The next stage will be that the Bill receives Royal Assent and is enacted, with an Order made to commence sections 1 and 2 of the schedule to what will then be the Act.
The ongoing issues in relation to the discount rate in Northern Ireland appear to have been concluded.
The Damages (Return on Investments) Bill (‘the Bill’) completed its final stage in the Northern Ireland Assembly on 7 December 2021. The next stage will be that the Bill receives Royal Assent and is enacted, with an Order made to commence sections 1 and 2 of the schedule to what will then be the Act. Once these provisions have been commenced the Government Actuary has 90 days in which to review the rate using the methodology within the legislation.
The Department of Justice (‘DOJ’) will liaise with the Governments Actuary’s Department (‘GAD’) and it is believed preliminary work has commenced, which should allow a review to be completed sooner than the 90-day limit.
Without doubt, there has been a significant amount of ambiguity in relation to the discount rate in Northern Ireland. However, Justice Minister Naomi Long MLA commented that she had commended the Bill to the House, saying she was confident that the methodology will achieve the aim of reaching full compensation, whist ensuring fairness for defendants.
Mervyn Storey MLS (chair of the Committee for Justice) reaffirmed this, stating that Wells -v- Wells no longer reflects how a claimant would invest and that while setting the rate is not an exact science, he was aware the impact over compensation could have on the health system and insurance premiums.
We can confirm that Matthew Fitzpatrick, head of Horwich Farrelly Northern Ireland, had written to Naomi Long detailing the adverse impact the previous discount rate would have on insurers and indeed on every policy holder in Northern Ireland.
- The Bill now goes forward for Royal Assent, which usually takes between 4-6 weeks and is likely to be before the end of January 2022. Once Royal Assent has been granted, the DoJ lodges a Commencement Order for the Act, which enables the Government Actuary’s Department to start reviewing the rate. The DoJ has already asked GAD to start preparing for that review and hopes that will take fewer than the 90 days set out in the Act.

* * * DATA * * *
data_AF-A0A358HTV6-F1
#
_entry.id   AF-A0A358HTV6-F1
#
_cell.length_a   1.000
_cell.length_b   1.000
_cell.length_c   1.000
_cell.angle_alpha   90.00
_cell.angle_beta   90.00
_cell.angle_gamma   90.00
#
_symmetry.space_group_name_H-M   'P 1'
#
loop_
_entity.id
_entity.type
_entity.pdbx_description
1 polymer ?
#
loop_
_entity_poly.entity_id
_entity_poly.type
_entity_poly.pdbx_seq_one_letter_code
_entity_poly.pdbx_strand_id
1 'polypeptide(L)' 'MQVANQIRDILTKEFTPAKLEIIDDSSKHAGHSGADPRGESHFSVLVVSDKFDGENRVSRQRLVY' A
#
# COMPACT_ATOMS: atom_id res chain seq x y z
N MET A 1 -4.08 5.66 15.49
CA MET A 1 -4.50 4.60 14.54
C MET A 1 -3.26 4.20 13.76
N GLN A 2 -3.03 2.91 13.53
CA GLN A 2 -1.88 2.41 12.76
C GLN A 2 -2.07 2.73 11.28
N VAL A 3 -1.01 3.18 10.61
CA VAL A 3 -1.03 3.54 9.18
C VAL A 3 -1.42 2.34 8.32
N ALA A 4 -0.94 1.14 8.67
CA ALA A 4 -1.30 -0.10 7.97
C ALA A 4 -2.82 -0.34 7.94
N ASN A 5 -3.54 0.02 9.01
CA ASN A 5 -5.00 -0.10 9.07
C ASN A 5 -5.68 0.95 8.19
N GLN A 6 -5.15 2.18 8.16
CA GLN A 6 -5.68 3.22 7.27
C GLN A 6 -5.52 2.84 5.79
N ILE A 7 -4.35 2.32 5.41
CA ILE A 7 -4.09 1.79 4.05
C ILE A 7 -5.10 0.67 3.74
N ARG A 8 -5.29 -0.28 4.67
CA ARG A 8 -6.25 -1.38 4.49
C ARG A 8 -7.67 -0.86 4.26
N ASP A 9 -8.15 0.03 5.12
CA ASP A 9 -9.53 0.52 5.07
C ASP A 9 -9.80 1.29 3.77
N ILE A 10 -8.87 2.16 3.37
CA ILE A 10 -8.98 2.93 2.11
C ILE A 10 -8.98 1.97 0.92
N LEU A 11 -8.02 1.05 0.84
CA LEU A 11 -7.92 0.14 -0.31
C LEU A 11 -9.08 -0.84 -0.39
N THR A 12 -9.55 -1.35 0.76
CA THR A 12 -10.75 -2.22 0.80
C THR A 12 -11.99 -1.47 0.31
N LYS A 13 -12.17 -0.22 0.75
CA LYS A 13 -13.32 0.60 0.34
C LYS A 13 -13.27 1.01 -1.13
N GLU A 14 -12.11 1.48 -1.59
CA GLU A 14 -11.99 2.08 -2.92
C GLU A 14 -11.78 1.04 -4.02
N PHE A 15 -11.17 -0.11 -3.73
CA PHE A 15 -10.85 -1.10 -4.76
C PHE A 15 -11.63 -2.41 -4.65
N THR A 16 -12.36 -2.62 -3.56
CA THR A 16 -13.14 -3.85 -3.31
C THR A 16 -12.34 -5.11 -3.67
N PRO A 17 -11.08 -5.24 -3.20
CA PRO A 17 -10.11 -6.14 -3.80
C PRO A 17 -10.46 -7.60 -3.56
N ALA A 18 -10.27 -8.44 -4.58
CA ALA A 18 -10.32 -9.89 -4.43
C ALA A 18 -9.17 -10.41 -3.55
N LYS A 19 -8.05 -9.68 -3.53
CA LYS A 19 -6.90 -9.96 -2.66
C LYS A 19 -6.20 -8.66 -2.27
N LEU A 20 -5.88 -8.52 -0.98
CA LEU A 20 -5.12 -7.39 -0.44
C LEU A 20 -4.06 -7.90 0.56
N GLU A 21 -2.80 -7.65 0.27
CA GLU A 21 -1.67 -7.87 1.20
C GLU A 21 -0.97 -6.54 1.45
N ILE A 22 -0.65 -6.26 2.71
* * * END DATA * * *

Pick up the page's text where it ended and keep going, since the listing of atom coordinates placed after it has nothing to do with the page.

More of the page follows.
- Once GAD has set the rate and reported it to the DoJ, the Justice Minister will lay it before the Assembly and the new rate will come into effect the day after it is laid. The DoJ is expecting all this to happen before the dissolution of the Northern Ireland Assembly on March 31 2022. However, as we have seen with other legislation this is not guaranteed as the process may take longer, or the Assembly could collapse earlier due to party politics.
- If GAD sets the new rate after dissolution, then the DoJ would be unable to lay the report before the Assembly. It would have to wait until the Assembly reconvenes after the election on May 5 2022.
There have been a number of issues that have complicated setting of the discount rate – the suspension of the Northern Ireland Assembly and the Judicial Review from claimant solicitors seeking to impose a -1.75% rate.
In February 2020 Naomi Long announced that she intended to amend the discount rate from 2.5% to -1.75% under the terms of the Damages Act 1996. There was a commitment, albeit vague, to consider a review of how the rate is set.
The ABI met Naomi Long last April to emphasise the urgent need for reform of the discount rate and the Minister gave a commitment to early consultation on that with a view to introducing legislation at Stormont as soon as possible. That consultation ran in summer 2020 and informed the Bill which was eventually published in March this year.
Although it has taken nearly another year, we are now in a position where the GAD will review and set the rate. We have moved from a position of -1.75% being imposed to a position where a proper assessment of the rate will be undertaken. The -1.75% rate could have been in force for several years but it will hopefully be replaced within 12 months of it coming into effect.
Horwich Farrelly Northern Ireland were able to influence the change through their relationship with the ABI and will continue to be at the forefront of considerations for the discount rate. We currently have a number of high value cases running, the outcome of which will depend on and be influenced by the discount rate and any changes applied.
Matthew Fitzpatrick and his team in Belfast – together with colleagues from our offices in England & Wales, Dublin, and Glasgow whose cross jurisdictional cases may be impacted – will be working closely with clients to review estimates and support with any connected issues.
Should you need any immediate assistance or further information, please contact Matthew Fitzpatrick directly.
You may also like
140 people converged on a poorly air-conditioned room (affectionately referred to as a “sweatbox” by one leading High Court Judge),...
Hot on the heels of the recent consultation on QOCS and vulnerable parties the CJC has published its own consultation...
The Court of Appeal has held that the 10% uplift in the Legal Aid, Sentencing and Punishment of Offenders Act...
OPSS report: Characteristics of modern domestic fires and the implications for product performance testing
The Office for Product Safety & Standards (OPSS) had a busy month in May, having published reports on both artificial...